readdir, readdir64 are thread-safe

Submitted by Florian Weimer on April 11, 2017, 11:36 a.m.

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Message ID 20170411113622.8C77B403B9917@oldenburg.str.redhat.com
State New
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Commit Message

Florian Weimer April 11, 2017, 11:36 a.m.
They only modify the state in the dirstream argument, and we
generally do not treat this as a reason to mark a function as
not thread-safe.  For an example, see random_r, which is marked
as thread-safe even though the random state is not protected
by a lock.

2017-04-11  Florian Weimer  <fweimer@redhat.com>

	* manual/filesys.texi (Reading/Closing Directory): Mark readdir,
	readdir64 as thread-safe.

Comments

Zack Weinberg April 11, 2017, 1:16 p.m.
On Tue, Apr 11, 2017 at 7:36 AM, Florian Weimer <fweimer@redhat.com> wrote:
> They only modify the state in the dirstream argument, and we
> generally do not treat this as a reason to mark a function as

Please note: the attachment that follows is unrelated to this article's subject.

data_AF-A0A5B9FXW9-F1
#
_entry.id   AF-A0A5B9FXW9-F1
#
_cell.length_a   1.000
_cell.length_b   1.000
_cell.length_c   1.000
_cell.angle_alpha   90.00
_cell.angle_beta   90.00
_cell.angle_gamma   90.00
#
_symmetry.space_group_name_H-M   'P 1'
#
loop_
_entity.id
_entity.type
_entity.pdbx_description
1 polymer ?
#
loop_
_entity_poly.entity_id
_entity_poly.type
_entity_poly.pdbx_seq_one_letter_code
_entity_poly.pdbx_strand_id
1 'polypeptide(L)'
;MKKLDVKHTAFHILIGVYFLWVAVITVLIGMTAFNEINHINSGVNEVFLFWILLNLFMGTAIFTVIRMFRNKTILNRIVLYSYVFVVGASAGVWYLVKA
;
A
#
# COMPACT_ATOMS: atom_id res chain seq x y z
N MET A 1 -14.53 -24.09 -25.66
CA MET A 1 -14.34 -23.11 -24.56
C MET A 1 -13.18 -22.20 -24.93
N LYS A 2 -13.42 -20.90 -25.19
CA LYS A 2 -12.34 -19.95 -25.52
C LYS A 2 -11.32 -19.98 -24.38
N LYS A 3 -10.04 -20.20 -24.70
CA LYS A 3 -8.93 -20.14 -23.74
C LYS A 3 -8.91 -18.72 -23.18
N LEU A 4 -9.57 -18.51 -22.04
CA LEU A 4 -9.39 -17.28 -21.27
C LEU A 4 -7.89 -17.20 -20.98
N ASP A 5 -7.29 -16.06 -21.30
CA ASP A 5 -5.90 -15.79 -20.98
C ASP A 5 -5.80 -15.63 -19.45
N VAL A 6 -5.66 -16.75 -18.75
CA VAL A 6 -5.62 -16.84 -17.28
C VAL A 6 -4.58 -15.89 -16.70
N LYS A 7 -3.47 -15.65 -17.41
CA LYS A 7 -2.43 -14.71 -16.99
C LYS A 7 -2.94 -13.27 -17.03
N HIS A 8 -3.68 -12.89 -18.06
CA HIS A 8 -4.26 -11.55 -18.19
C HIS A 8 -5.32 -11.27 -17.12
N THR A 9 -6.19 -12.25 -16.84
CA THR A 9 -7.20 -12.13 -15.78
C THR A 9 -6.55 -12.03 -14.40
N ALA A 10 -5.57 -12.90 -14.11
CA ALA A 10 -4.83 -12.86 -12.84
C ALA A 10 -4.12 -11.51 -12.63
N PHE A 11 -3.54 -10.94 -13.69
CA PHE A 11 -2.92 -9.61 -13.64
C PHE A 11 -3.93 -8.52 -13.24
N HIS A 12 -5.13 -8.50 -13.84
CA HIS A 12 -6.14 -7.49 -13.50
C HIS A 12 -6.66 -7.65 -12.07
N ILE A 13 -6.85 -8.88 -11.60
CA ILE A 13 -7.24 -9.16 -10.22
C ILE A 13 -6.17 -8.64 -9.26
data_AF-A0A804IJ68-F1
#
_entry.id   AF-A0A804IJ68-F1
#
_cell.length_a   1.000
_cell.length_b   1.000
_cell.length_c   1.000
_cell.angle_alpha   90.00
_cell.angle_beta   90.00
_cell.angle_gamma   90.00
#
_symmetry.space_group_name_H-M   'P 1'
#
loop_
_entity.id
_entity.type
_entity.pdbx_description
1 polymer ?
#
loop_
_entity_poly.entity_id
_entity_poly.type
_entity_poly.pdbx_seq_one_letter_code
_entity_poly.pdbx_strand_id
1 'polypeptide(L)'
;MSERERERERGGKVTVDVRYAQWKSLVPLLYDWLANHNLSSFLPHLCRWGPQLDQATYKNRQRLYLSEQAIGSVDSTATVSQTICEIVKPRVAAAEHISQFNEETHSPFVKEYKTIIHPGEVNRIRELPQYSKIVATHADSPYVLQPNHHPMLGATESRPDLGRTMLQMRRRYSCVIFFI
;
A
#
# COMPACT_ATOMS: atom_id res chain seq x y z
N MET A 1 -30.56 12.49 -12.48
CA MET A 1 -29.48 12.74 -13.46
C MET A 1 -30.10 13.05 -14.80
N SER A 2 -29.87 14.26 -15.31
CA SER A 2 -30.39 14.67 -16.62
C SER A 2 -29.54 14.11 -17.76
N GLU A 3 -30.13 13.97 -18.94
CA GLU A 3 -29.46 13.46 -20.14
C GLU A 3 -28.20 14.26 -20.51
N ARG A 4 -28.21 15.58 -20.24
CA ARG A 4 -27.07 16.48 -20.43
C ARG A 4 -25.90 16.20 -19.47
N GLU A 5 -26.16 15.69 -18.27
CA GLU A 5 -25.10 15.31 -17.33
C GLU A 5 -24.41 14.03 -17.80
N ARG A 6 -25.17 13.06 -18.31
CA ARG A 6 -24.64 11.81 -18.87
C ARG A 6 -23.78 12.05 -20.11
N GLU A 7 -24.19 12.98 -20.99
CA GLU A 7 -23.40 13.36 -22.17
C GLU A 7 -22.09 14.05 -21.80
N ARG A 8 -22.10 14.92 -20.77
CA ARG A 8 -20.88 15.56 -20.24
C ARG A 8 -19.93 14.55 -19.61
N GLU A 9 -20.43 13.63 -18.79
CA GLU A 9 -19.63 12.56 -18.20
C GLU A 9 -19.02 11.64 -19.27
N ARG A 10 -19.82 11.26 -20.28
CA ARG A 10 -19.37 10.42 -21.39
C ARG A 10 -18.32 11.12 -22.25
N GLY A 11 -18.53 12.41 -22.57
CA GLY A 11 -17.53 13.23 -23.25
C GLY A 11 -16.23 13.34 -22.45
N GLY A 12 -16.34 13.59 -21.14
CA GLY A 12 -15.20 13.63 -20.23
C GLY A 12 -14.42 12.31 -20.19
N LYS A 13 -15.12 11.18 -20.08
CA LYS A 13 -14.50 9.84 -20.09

> not thread-safe.  For an example, see random_r, which is marked
> as thread-safe even though the random state is not protected
> by a lock.

Hmm.  There's two issues here: first, POSIX specifically allows
readdir to be not thread-safe (although it's unclear to me what that
actually means) so it might be appropriate to keep the annotation
around to warn people that there is a portability concern; second, if
you share a DIR object among threads, a call to readdir in one thread
will clobber the previous return value, which might still be live in
another thread.  Is that sufficient reason to call the *function*
thread-unsafe?  We don't have any good place to warn people about that
*other* than the documentation for readdir.  (Note that the text of
the @deftypefun does a very bad job of explaining what the problem
is.)

zw
Florian Weimer April 11, 2017, 1:22 p.m.
On 04/11/2017 03:16 PM, Zack Weinberg wrote:
> On Tue, Apr 11, 2017 at 7:36 AM, Florian Weimer <fweimer@redhat.com> wrote:
>> They only modify the state in the dirstream argument, and we
>> generally do not treat this as a reason to mark a function as
>> not thread-safe.  For an example, see random_r, which is marked